Welcome to Genius Week: Day 5. Today is the final day of the week, which means it’s the last movie I’m reviewing about a genius. Next week will be Assassins Week, so that should be exciting. Today, we’re taking a look at Proof, the second film this week that stars Gwyneth Paltrow, believe it or not. I saw this years ago, most likely when it first came out, but I just couldn’t remember what I thought about it, nor what really happened in the film. So the question was, is that because the film is forgettable or is it because I was a busy junior in high school? Let’s figure that out.
“The daughter of a brilliant but mentally disturbed mathematician, recently deceased, tries to come to grips with her possible inheritance: his insanity. Complicating matters are one of her father’s ex-students, who wants to search through his papers, and her estranged sister, who shows up to help settle his affairs.” (IMDb)
I don’t always watch pure dramas. The dramas I tend to watch are usually mixed in with other genres…but the interesting thing about that is…dramas are often the films that are the most demanding of the actors. That’s when the actors have to stop acting like themselves in a movie and really act like someone else. So, the acting ability in this film is actually pretty great. Gwyneth Paltrow actually does a great job presenting her inner turmoils, fears, and lack of self-confidence, and how the darkest times in our lives can always be conquered as long as we open ourselves up to our full potential. We can’t hide from ourselves, so why try?
As always, that’s just my first impressions from watching the film. Let’s go ahead and dig deeper to break this film down, shall we?
PEOPLE SCORE – 9/10
Acting – 2|Characters – 1|Casting – 2|Importance – 2|Chemistry – 2
First, we take a look at the people category, which received a pretty good score all around. The acting, of course, was really strong. You sense a lot of grief going on, and that grief mixed with the fear of the future definitely shows. Now, while the cast is fantastic, and while the characters all have their importance for their roles, I don’t really think you’ll remember the film for the characters. Like I said, it’s a good cast, but those characters are…they’re a bit forgettable…but hey, they have great chemistry with each other.
WRITING SCORE – 9/10
Dialogue – 1|Balanced – 2|Story – 2|Originality – 2|Interesting – 2
The writing score also got a nearly perfect score. It’s only real fault came down to the dialogue. There wasn’t really anything memorable about the dialogue, which is both surprising and disappointing for a film starring Anthony Hopkins. There’s no question the man can act, but depending on the script, he’s often seen with really powerful and memorable speeches as well, which there really isn’t any of here, but his dynamic with Paltrow is very good. Everything else in this category is fine. It is a very smoothly balanced flick, the story is about family, but it’s also about self-doubt, fear, and mortality. It is very interesting and very original.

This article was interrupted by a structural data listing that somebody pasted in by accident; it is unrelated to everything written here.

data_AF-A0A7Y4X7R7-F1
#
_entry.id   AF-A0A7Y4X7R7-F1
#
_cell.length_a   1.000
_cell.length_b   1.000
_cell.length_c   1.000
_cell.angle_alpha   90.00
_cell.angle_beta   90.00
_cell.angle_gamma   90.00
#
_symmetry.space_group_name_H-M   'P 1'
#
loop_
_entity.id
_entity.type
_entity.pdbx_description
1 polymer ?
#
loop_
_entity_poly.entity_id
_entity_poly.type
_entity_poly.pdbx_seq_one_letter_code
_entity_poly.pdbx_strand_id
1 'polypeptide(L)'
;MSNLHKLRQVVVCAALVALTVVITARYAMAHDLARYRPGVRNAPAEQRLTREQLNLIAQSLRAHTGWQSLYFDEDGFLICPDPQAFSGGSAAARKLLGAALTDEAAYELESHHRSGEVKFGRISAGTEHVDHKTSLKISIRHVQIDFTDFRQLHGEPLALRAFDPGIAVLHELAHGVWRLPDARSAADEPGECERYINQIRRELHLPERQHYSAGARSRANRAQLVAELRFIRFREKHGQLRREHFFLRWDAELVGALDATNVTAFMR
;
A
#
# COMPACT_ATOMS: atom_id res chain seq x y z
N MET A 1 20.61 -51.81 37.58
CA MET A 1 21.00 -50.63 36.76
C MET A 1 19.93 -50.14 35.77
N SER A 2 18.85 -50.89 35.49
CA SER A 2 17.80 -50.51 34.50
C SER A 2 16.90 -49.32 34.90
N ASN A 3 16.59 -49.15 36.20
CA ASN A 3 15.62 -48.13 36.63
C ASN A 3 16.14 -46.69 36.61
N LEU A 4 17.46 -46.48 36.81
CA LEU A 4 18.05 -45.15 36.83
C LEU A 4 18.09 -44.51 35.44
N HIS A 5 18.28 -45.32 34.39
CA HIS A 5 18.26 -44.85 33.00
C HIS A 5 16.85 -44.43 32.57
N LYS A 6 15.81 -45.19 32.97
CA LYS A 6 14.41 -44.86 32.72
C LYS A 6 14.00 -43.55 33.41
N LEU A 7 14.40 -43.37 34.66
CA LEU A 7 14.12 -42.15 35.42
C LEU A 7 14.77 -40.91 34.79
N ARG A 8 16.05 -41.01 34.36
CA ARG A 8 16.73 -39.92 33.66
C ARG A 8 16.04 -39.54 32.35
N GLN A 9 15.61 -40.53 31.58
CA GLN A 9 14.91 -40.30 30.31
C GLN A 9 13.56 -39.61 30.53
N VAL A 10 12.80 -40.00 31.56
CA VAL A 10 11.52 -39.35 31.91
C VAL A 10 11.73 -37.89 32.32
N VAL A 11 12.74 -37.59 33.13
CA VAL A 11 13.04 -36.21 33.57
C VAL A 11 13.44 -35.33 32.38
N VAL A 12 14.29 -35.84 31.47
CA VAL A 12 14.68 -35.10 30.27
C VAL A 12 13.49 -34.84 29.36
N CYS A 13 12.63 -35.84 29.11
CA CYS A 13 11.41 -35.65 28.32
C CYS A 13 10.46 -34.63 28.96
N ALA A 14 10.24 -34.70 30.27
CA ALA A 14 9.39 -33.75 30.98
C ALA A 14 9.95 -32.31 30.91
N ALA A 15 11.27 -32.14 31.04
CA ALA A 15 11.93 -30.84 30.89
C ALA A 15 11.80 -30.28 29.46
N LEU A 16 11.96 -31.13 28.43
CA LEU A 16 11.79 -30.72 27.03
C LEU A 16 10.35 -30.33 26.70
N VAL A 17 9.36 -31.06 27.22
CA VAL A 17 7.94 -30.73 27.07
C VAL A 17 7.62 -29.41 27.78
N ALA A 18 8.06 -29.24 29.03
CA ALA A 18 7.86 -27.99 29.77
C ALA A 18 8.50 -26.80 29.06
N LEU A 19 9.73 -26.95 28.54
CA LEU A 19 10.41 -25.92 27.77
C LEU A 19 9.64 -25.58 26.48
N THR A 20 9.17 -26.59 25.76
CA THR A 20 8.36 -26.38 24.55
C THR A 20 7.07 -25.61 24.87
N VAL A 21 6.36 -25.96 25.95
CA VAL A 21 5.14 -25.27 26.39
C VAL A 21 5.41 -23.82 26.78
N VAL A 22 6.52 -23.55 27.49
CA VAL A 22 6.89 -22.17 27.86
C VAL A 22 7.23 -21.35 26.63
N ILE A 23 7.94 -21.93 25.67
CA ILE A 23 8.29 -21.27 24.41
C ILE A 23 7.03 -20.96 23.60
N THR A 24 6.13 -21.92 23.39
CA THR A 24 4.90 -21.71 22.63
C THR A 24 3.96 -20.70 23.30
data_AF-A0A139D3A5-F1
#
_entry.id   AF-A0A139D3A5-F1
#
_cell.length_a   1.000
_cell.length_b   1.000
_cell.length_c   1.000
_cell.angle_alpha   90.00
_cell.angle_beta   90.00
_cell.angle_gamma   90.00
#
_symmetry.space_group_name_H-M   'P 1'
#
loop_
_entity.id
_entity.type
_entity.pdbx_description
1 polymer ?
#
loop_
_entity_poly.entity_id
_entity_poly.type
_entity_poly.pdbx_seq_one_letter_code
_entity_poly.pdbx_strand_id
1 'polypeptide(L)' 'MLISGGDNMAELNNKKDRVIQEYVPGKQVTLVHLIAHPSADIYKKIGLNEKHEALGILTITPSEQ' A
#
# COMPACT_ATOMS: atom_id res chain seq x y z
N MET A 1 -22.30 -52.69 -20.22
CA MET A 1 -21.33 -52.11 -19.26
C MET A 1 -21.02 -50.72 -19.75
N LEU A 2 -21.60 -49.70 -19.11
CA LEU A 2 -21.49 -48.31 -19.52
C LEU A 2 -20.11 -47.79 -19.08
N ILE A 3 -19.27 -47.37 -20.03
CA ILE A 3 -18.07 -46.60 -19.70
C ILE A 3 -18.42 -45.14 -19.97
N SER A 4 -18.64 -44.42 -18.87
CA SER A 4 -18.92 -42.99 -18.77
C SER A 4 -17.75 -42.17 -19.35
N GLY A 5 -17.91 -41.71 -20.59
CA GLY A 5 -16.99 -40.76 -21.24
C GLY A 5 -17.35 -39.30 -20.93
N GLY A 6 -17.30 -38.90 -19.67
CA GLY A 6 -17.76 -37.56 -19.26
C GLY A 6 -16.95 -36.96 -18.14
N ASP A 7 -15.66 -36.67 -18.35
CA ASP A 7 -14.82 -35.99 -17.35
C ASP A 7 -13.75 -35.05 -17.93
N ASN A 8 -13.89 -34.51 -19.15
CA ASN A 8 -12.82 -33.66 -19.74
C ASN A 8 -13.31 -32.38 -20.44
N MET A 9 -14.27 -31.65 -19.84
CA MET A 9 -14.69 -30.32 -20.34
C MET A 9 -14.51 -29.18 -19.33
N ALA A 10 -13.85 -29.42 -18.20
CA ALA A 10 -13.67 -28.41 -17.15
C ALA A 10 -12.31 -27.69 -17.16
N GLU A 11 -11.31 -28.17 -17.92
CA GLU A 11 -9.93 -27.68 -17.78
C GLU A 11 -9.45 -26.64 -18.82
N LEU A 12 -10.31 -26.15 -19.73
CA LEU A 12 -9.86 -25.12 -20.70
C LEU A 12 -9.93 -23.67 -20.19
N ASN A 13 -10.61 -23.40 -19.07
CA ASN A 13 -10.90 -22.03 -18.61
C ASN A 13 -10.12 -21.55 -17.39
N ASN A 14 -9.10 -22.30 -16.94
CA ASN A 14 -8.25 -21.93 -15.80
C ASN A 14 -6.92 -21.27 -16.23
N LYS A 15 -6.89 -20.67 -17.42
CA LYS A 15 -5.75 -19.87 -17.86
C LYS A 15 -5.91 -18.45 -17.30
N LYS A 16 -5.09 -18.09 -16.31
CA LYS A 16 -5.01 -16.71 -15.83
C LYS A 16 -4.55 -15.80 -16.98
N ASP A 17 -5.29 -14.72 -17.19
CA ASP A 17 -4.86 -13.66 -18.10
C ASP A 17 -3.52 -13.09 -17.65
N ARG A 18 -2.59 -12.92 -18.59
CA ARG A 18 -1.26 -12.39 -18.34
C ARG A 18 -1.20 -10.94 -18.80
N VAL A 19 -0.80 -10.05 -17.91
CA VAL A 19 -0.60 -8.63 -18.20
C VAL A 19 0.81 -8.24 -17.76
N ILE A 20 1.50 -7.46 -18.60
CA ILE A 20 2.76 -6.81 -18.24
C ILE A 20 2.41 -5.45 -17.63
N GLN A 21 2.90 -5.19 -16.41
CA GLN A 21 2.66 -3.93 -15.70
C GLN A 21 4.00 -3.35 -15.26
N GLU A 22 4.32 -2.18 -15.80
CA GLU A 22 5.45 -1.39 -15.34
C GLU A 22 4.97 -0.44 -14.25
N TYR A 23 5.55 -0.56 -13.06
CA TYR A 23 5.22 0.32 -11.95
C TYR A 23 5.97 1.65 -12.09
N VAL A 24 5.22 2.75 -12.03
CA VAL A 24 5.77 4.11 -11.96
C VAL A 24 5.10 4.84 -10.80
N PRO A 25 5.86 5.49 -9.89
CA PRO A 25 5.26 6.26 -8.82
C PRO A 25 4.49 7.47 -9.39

BTS SCORE – 7/10
Visuals – 1|Directing – 1|Editing – 2|Advertisement – 2|Music – 1
Next up, we have behind-the-scenes, which didn’t get as much of a great score as the others here. There really wasn’t anything special about the visuals. There’s a nice-looking scene in the snow somewhere in the middle, but that’s really the best-looking shot out of the who film. The directing didn’t really seem to be that challenging of a project, but there were elements of the editing that impressed me, as a big part of the film depended on flashbacks. It is an as-advertised film, but nothing about the music really stood out. So basically, this category’s score is just okay.
NARRATIVE ARC SCORE – 7/10
Introduction – 2|Inciting Incident – 2|Obstacles – 1|Climax – 1|Falling Action – 1
Alright, so the narrative arc score also isn’t perfect, but why? Well, the introduction was just fine, it introduced us to everyone and asked us the question it asks for the rest of the movie. The inciting incident is when they find “the notebook”. The obstacles comes down to more of a personal conflict than anything, the climax isn’t really super clear…although it does answer a few questions. The falling action is also a bit dull, as you’re not really sure as to what the new norm is…but you might have a slight idea. The falter in the narrative arc really just comes down to clarity.
ENTERTAINMENT SCORE – 4/10
Rewatchability – 1|Fun – 1|Impulse/Buy – 0|Impulse/Talk – 0|Sucks you in – 2
How entertaining was it? Good question. I think it does a fantastic job at pulling you into the film from beginning to end, but I think that’s about it. I might rewatch it, but that is if it was on TV randomly and I decided to check that out. I’m not sure if I’ll go looking for it again, though, since I’m satisfied enough to have watched it again this week. It is fun to watch sometimes, others not so much. I don’t care to either own or buy this film. I don’t even really care to talk about it. It’s a pretty well-done movie on a technical side of things, but pure entertainment is dwindling.
TOTAL SPECIAL – 45/50
Genius Week – 10|Drama – 10|Mystery – 10|Anthony Hopkins – 5|Halfway Decent – 10
Alright, so how about the specialty questions that I wrote before seeing the movie? How did it do for genius week? Really well, the concept of mentality and intellect were spoken about from beginning to end. It is listed under drama and mystery, so how were those two categories here? The drama was really powerful and evident, and the mystery was actually pretty unique and interesting. Anthony Hopkins also clearly played a part here, how was his role? To be honest, I’ve seen better from him. He did fine, but the writers certainly didn’t utilize Hopkins’s own genius. Was the film halfway decent? Yes, I would definitely consider it halfway decent.
TOTAL – 81/100